Unknowing test subjects: The ethics of social media sites conducting experiments on users

It has recently come to light that social media companies including, Facebook and the popular dating website OKCupid, have been conducting experiments on users of the platforms.  In what Facebook calls a “massive experiment” they tweaked the news feeds of almost 700,000 users. They deliberately manipulated users’ news feeds so that some users saw more depressing statuses (determined based on keywords) and other users saw more happy statues.They found that emotions are contagious and that people tend to experience similar emotions as those of their news feeds. In a separate incident OKCupid lied to some users and told them they were a good match with someone when in fact their algorithms determined they would be a bad match. They found that being told you were a good match did lead to more interactions between users. In both cases the users were unaware that the information they were given had been deliberately manipulated for the purpose of the experiment, nor were they informed even after the fact. Additionally, they were not given the option to opt-out of such experiments. While the Facebook researchers apologized for how the experiment was described (i.e. did a little damage control), the CEO of OKCupid was very unapologetic (see image above).

Technically this is not illegal, but as I always tell my students, “just because you can do something, doesn’t mean you should.” In this case, I feel the experiments were not ethically conducted. Let’s consider other institutes that conduct research on humans. According to the National Research Act, any federally funded research must adhere to basic standards of ethics when it comes to experiments involving human subjects. Likewise, virtually all universities require that human subject research meets ethical standards set by Institutional Review Boards. And finally, many reputable journals require scholars to follow proper ethical procedures prior to publishing the work. These ethics ensure that human subjects are properly informed and can consent to the research. It also covers issues of confidentiality and anonymity. The review boards acknowledge that informed consent could sometimes alter results and thus they do provide a way for experiments to be conducted without explicit consent. However the stipulation is that after the conclusion of the experiment the researcher must still inform and debrief those involved. This was not the case with OKCupid or Facebook- there was no consent before or after the experiments.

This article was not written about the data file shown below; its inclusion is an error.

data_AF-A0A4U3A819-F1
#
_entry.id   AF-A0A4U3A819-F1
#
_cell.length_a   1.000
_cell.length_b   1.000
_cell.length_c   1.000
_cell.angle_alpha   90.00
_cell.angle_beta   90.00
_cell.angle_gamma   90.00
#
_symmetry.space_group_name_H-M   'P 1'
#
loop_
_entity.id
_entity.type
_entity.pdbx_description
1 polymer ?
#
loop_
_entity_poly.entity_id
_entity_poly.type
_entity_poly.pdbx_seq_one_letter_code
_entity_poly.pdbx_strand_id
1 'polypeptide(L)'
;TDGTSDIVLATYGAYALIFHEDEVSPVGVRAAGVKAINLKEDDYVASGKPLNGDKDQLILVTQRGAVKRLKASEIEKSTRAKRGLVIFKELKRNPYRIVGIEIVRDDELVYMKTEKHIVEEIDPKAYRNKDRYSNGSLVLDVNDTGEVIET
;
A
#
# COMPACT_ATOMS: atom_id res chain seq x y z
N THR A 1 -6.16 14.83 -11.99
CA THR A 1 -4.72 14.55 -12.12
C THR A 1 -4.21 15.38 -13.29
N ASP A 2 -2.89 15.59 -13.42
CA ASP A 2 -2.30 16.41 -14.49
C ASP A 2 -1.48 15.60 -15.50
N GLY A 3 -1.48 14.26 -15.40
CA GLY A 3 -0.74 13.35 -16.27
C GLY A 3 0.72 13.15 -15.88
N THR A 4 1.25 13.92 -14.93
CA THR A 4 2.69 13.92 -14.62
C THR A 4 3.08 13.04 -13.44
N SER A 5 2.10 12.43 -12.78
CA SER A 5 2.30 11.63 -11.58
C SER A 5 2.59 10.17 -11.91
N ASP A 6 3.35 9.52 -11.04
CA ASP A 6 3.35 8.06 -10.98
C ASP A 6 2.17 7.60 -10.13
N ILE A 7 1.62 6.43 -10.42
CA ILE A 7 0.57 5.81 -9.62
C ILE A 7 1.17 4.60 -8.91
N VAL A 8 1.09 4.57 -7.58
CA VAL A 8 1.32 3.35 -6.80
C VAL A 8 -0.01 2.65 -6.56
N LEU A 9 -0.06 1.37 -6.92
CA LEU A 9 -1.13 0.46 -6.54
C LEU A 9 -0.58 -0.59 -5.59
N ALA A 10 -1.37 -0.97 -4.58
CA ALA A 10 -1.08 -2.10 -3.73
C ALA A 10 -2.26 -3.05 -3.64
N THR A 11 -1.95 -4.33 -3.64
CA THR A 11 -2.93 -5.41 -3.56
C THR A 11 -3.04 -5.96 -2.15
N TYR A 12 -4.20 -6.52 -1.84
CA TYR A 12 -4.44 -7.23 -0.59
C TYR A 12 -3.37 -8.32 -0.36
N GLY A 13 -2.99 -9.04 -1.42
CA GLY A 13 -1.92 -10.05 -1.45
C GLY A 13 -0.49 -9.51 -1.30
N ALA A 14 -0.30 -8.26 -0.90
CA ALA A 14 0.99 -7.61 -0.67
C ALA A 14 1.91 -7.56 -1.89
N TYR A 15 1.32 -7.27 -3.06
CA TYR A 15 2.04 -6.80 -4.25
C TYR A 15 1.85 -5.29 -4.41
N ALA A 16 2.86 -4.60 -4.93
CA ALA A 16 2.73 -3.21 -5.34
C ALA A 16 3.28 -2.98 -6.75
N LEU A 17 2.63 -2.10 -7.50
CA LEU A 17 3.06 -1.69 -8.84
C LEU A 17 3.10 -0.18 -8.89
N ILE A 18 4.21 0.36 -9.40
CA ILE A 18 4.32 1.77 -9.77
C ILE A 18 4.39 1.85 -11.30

Some are defending the experiments, arguing that you agree to the terms and services when you sign up for each platform. Others are pointing out that these services track data and run tests all the time. However, there is a big difference in anonymized data gathering that can be used to make the sites better, track trends, etc. versus this kind of blatant manipulation of content intended to affect users’ emotions and trust. As a user of a site I know they are tracking my interactions and I agree to that. However, it’s because I trust that the site will use my information in ways that do not harm me. I assume the tests are to better predict user preferences and to make the site better.  Additionally, when it comes to tracking, behavioral targeting, and third-party advertising the sites do give me some options and control over what is collected, how it is used, and who it is shared with – if I am uncomfortable with it, I may choose not to use the site at all. This was not the case with the experiments – users were not informed nor were they given opt-out options.